Beauty sector provides silver lining in dark COVID cloud


Beauty sector provides silver lining in dark COVID cloud

Vicky Morgan

Vicky Morgan

3 minutes to Read
Nick Noel on Unsplash
Is the “lipstick effect” behind the rise in sales of cosmetics and fragrance?

Vicky Morgan (IRI) looks at the many products within the beauty sector that are reporting impressive growth in sales at a time when other categories are free falling

Fragrance is now worth $28 million in Green Cross Health and independent stores

As New Zealand shoppers and businesses find their way through the perils of COVID19, the pharmacy retail business has also experienced one of its most challenging times in 2020 and 2021. Stores went through periods of minimal shopper presence, and retail business suffered. What was a $563 million industry 12 months ago, reported a decline of 7.9 per cent, down $44 million in the 12 months to August 2021.1

We saw the likes of the cold and flu and natural health categories plummet. However, surprisingly, the beauty and skincare categories have bucked the trend and reported a boost in sales.

The premium skincare and make-up sectors plumped up during this time, reporting growth of almost 7 per cent (up $3.1 million). In contrast to what we’ve seen in the past, and due to the borders being closed, export sales are not what is driving this growth. Export sales in these high-end categories have declined by 3.7 per cent versus the previous year, and now make up just 4.9 per cent of the total category value.

Premium skincare experienced growth of $2.5 million, up 7.8 per cent on the previous 12 months. The Lancôme brand was the major contributor, adding $2.4 million to the growth, followed by Estée Lauder.

Almost all the growth is driven by facial skincare products, with new products a driving factor. Chanel is also a stand-out performer with more than $600,000 of growth delivered by one particular product, Chanel Mousse Visage Cleansing Cream 150ml, the biggest contributor in this category.

Looking good online

The premium make-up category reported growth of 4.5 per cent in sales value compared with last year. Lancôme is again a star performer in this category and is the second highest growth brand. It added $309,000 to the category, slightly behind Benefit at $381,000. Eye make-up was the stand-out segment, adding $398,000 to the category, with Lancôme, Christian Dior and Benefit all adding value through new products.

As the country was plunged into lockdowns, with consumers forced to spend much more time at home, many Kiwis used the time to upskill their beauty regime – deprived of access to the professionals. Many bought beauty tools to create their DIY version. This led to a boost in sales in the beauty accessories category which reported growth of 2.4 per cent over the same 12 months. False lashes, face de-fuzzers and facial rollers drove growth of 8 per cent in cosmetic tools.

Sweet smell of success

Fragrances were the category that truly came up roses during this time, reporting startling growth of 18.4 per cent compared with the previous year. The category is now worth $28 million in Green Cross Health and independent stores.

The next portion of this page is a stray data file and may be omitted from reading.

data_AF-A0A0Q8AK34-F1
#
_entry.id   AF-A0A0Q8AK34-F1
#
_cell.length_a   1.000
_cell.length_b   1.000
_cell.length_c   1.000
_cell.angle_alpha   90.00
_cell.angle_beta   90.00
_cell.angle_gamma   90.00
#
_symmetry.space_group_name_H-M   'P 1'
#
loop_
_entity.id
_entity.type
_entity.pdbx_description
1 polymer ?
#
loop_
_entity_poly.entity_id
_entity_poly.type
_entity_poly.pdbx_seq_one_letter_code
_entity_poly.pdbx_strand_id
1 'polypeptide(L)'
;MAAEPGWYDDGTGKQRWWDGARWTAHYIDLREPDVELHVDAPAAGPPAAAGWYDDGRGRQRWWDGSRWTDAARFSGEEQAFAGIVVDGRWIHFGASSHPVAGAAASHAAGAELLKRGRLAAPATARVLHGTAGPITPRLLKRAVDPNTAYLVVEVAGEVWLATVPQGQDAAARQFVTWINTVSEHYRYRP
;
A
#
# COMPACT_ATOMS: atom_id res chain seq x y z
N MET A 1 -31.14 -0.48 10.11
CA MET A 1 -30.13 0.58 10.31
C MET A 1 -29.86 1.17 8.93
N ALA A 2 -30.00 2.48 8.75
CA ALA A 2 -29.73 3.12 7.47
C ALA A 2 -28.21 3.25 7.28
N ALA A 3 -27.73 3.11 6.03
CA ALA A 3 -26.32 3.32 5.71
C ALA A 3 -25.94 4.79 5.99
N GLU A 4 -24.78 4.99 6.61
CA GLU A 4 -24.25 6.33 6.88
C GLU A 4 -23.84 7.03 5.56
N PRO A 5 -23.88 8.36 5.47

New products have been a key driver in this category also, adding $4.6 million in value sales in the 12 months to August. Most notably, Giorgio Armani My Way EDP and Marc Jacobs Perfect EDP, added $500,000 across their size range.

Shoppers continue to buy their triedand-tested favourites also, with nine out of the top 10 products all reporting growth versus last year. The number one and two products, being YSL Opium EDT 30ml and Chanel Coco Mademoiselle EDP 100ml respectively. Both reported doubledigit growth.

Are shoppers turning to their local pharmacy stores now that overseas travel is restricted, and our duty-free stores closed? Or has fragrance become a small luxury during the pandemic that is affordable and a great mood booster?

Feel-good luxuries

Nailcare and nail polish also reported an uptick in sales. As homes became nail salons, many New Zealanders turned to their local pharmacy to enhance their colour range, and bought additional manicure and pedicure tools. The nail kits/tips segment grew by 23 per cent as press-on nails became even more on trend due to social distancing and salons being closed.

Are we witnessing “the lipstick effect” play out here in New Zealand? During hard times, economists have historically turned to this phenomenon.2 The theory is that even in tough times, people still make room in their budgets for small, feel-good luxuries – like lipstick.

Will we continue to see these beauty and skincare trends in the last months of 2021 and into 2022? And are there still more sectors which could experience an unexpected rise?

With mask wearing in New Zealand becoming mandatory at Delta Level 2, consumers might start thinking more about eye make-up, focusing on lashes and brows to enhance the only part of the face visible. Despite the economic challenges the country is facing, there is still plenty to be optimistic about in the sector.

Vicky Morgan is a retail account director for IRI New Zealand. IRI is a global data analytics and insights company working predominantly within the FMCG (fast-moving consumer goods) environment


1. IRI MarketEdge New Zealand Pharmacy (Green Cross Health and independent stores) data to 8 August, 2021